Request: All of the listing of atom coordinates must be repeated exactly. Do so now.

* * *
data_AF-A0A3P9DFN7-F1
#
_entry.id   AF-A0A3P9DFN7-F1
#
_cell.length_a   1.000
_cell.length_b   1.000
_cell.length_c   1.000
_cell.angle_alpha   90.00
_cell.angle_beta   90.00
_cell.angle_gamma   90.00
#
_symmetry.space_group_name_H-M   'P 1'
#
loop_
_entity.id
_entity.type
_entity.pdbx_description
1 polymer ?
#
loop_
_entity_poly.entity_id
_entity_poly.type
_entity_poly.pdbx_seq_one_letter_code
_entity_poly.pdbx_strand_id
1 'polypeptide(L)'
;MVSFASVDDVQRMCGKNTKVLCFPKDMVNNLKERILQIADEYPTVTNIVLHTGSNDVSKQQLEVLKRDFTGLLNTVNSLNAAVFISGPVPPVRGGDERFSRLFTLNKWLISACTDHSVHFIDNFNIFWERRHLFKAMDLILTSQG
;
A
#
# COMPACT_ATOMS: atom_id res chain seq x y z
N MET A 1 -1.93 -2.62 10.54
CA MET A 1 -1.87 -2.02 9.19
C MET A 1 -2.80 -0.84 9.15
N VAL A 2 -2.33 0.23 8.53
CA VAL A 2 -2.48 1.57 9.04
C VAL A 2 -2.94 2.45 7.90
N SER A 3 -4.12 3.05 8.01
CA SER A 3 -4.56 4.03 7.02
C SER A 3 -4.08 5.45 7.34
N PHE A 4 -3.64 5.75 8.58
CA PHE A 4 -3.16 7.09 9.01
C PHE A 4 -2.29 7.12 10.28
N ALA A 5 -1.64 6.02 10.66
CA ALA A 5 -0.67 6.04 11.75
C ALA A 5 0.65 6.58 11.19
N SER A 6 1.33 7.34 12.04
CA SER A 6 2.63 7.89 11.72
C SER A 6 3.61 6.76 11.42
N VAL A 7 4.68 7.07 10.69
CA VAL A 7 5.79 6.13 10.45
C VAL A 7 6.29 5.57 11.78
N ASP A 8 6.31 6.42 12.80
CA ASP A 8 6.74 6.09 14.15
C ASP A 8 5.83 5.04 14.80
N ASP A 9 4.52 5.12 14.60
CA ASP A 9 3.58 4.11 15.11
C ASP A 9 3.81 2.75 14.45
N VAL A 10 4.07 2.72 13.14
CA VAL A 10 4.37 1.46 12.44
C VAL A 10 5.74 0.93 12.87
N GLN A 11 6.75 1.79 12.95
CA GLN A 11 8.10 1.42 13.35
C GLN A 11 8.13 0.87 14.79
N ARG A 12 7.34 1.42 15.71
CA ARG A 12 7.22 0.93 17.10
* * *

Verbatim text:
data_AF-A0A3P9DFN7-F1
#
_entry.id   AF-A0A3P9DFN7-F1
#
_cell.length_a   1.000
_cell.length_b   1.000
_cell.length_c   1.000
_cell.angle_alpha   90.00
_cell.angle_beta   90.00
_cell.angle_gamma   90.00
#
_symmetry.space_group_name_H-M   'P 1'
#
loop_
_entity.id
_entity.type
_entity.pdbx_description
1 polymer ?
#
loop_
_entity_poly.entity_id
_entity_poly.type
_entity_poly.pdbx_seq_one_letter_code
_entity_poly.pdbx_strand_id
1 'polypeptide(L)'
;MVSFASVDDVQRMCGKNTKVLCFPKDMVNNLKERILQIADEYPTVTNIVLHTGSNDVSKQQLEVLKRDFTGLLNTVNSLNAAVFISGPVPPVRGGDERFSRLFTLNKWLISACTDHSVHFIDNFNIFWERRHLFKAMDLILTSQG
;
A
#
# COMPACT_ATOMS: atom_id res chain seq x y z
N MET A 1 -1.93 -2.62 10.54
CA MET A 1 -1.87 -2.02 9.19
C MET A 1 -2.80 -0.84 9.15
N VAL A 2 -2.33 0.23 8.53
CA VAL A 2 -2.48 1.57 9.04
C VAL A 2 -2.94 2.45 7.90
N SER A 3 -4.12 3.05 8.01
CA SER A 3 -4.56 4.03 7.02
C SER A 3 -4.08 5.45 7.34
N PHE A 4 -3.64 5.75 8.58
CA PHE A 4 -3.16 7.09 9.01
C PHE A 4 -2.29 7.12 10.28
N ALA A 5 -1.64 6.02 10.66
CA ALA A 5 -0.67 6.04 11.75
C ALA A 5 0.65 6.58 11.19
N SER A 6 1.33 7.34 12.04
CA SER A 6 2.63 7.89 11.72
C SER A 6 3.61 6.76 11.42
N VAL A 7 4.68 7.07 10.69
CA VAL A 7 5.79 6.13 10.45
C VAL A 7 6.29 5.57 11.78
N ASP A 8 6.31 6.42 12.80
CA ASP A 8 6.74 6.09 14.15
C ASP A 8 5.83 5.04 14.80
N ASP A 9 4.52 5.12 14.60
CA ASP A 9 3.58 4.11 15.11
C ASP A 9 3.81 2.75 14.45
N VAL A 10 4.07 2.72 13.14
CA VAL A 10 4.37 1.46 12.44
C VAL A 10 5.74 0.93 12.87
N GLN A 11 6.75 1.79 12.95
CA GLN A 11 8.10 1.42 13.35
C GLN A 11 8.13 0.87 14.79
N ARG A 12 7.34 1.42 15.71
CA ARG A 12 7.22 0.93 17.10